Judge Bill Gibron demands FREEDOM! from subpar Blu-rays. Thankfully, this is not one of them.
Every man dies, not every man really lives.
At the beginning of the 1990s, there was no bigger star than Mel Gibson. He was a giant, a multimillion dollar international man of action who had translated his meager Mad Max beginnings into a position as one of Hollywood's heaviest hitters. Eager to get behind the camera and make the movies he wanted to see, 1993 saw Gibson take Malcolm MacRury' adaptation of Isabelle Holland's novel, The Man Without a Face and turn it into a qualified box office hit. Many saw promise in the behind the camera talent of this smaller personal film. Few could have predicted that his next effort would dominate 1995's critical conversation up and through the Oscars. Braveheart beat out sentimental favorites such as Babe and Apollo 13 that year, while Gibson bested directors such as Mike Figgis and Chris Noonan. It was the start of a surreal rollercoaster that would see the actor's commercial clout continue, only to watch as his personal life pulsated wildly out of control. Looking back, Gibson's run in with the tabloids definitely tainted his current mainstream cache. A trip back to this brilliant bravura cinematic turn is all one needs to be reminded of his ever-present abilities. Braveheart is just that good.
Facts of the Case
As a young boy, William Wallace (Mel Gibson, Ransom) watched as the English stormed his country of Scotland, killing anyone who disagreed with their territorial demands. When his father and brother die at the hands of the invading hordes, he is forced to live with his Uncle Argyle (Brian Cox, Manhunter). It's a stroke of luck as the nobleman educated William in the ways of the world, taking him on travels to France and Italy. By the time he returns to Scotland, the young man is intelligent and erudite. He's also angry to see how Longshanks, King Edward I (Patrick McGoohan, The Prisoner) continues to treat his country. The most horrific of policies is prima nocte, in which British invaders have the exclusive right to sleep with any new bride on her wedding night. Rebelling against this cruel concept, Wallace weds his beloved Murron (Catherine McCormack, 28 Weeks Later) in secret.
A tragedy finds him fighting the local Lord, desperate to get back what he's lost. Thus begins a rebellion that sees Wallace bringing together various disenfranchised factions to fight. They include longtime friend Hamish (Brendan Gleason, In Bruges), and Irish ex-patriot Stephen (David O'Hara, Doomsday). While he wins battles and occupies towns, the Scottish nobles are intent on negotiation. Rightful heir to the throne Robert the Bruce (Angus Macfadyen, Saw III) wants to support Wallace, but his ailing father and his factions do not. Longshanks simply wants the troublemaker dead, and decides to ambush him. Intrigued by his story (and her hatred for her fey royal husband), the Princess of Wales, Isabella (Sophie Marceau, The World is Not Enough) vows to help him. Slowly, Wallace gets Scotland to stand on its own, a position that will cost him the very thing he longs for—freedom!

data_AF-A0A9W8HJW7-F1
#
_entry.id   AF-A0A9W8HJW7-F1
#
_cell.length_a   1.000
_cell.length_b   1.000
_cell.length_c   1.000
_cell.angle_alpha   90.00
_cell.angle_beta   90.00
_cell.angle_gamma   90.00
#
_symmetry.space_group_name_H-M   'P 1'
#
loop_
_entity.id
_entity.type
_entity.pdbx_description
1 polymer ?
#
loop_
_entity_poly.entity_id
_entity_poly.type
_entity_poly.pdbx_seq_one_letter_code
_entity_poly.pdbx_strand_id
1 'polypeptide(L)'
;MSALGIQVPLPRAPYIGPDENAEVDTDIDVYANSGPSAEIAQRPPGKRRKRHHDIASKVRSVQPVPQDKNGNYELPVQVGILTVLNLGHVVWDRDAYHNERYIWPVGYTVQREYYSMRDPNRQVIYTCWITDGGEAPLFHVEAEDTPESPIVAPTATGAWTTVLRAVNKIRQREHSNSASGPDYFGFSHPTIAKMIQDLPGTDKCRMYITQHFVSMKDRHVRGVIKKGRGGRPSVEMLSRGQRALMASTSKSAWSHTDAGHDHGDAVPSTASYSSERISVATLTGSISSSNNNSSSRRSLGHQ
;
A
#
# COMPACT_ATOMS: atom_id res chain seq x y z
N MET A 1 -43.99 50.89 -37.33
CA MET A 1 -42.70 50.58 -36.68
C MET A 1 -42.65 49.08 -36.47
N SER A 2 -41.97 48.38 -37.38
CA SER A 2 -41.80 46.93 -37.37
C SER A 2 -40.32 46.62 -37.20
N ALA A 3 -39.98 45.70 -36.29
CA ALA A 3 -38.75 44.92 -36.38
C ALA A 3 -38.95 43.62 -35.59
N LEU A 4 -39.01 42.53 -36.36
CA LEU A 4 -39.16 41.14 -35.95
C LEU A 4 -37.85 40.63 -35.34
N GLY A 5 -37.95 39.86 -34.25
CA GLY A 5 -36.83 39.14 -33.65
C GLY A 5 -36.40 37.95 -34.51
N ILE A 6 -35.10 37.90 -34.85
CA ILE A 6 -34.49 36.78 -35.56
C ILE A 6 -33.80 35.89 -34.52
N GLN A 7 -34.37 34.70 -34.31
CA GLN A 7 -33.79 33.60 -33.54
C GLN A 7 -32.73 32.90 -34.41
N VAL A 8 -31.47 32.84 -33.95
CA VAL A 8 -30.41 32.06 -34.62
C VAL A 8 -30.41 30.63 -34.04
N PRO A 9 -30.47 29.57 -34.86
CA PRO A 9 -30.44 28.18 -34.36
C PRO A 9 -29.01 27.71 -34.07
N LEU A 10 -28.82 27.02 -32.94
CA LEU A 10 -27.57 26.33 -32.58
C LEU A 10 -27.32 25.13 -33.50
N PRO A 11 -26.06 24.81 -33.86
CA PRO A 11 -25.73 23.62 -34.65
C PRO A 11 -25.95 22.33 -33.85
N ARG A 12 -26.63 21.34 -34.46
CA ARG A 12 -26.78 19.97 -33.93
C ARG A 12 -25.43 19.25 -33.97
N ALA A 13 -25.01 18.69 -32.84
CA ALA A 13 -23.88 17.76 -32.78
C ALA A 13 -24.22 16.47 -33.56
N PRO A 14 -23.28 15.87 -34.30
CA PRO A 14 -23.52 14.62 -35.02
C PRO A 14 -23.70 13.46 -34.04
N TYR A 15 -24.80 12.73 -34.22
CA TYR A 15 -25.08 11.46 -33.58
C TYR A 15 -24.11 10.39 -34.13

Braveheart remains the very definition of an epic. Everything about it—its heart, its heroism, its wholly shameless retrofitting of history—is massive in scope and larger than life. Gibson can be accused of a lot of things (many of them having little to do with his chosen profession) but it's impossible to deny his vision here. This is what moviemaking is all about—the sweeping shots of far away glens, the battlefield attacks with their brutal aggression, the uncompromising virtues of honor and duty, the champion's twinkle in Gibson's ultra-blue eyes. Like a primer for everything Peter Jackson would pump up for his equally enthralling Lord of the Rings film, Braveheart oozes emotion and sprays testosterone. If it wasn't for the occasional glimpse of the female form, you'd swear the whole of the UK was populated via hairy he-man osmosis. From casting that uncovers a wealth of future familiar faces to a standout performance from a forgotten stalwart, Braveheart establishes its excellence early and never ever backs down.
Gibson deserves credit for his shameless devotion to sentiment. This entire story is built of a love lost and a rule so repugnant that anyone in their right mind would take up arms and fight (all historical accuracy aside, of course). From there, he builds on Wallace's walking wounded iconography, turning him into the classic man with nothing to loose. As a result, we root for his antics from the very beginning, enjoying every sword thrust and throat cut with vicarious abandon. By the time McGoohan shows up to ooze pure evil (he is truly magnificent here), we are primed for the face-off—and for the next two hours, Gibson gives us his best. Aside from The Man Without a Face, his entire directing oeuvre is locked within the mythic confrontation—Christ vs. the cross, the Indian peasants vs. the scared, murderous ruling class—but Braveheart is where he learned the ropes. By making sure his actors never miss the import of a moment, by ensuring that his filmmaking acumen will accent these sequences with sharp, recognizable reveals, we get lost in the world they all inhabit and find ourselves cheering along as Wallace works his way toward a final smackdown with Longshanks.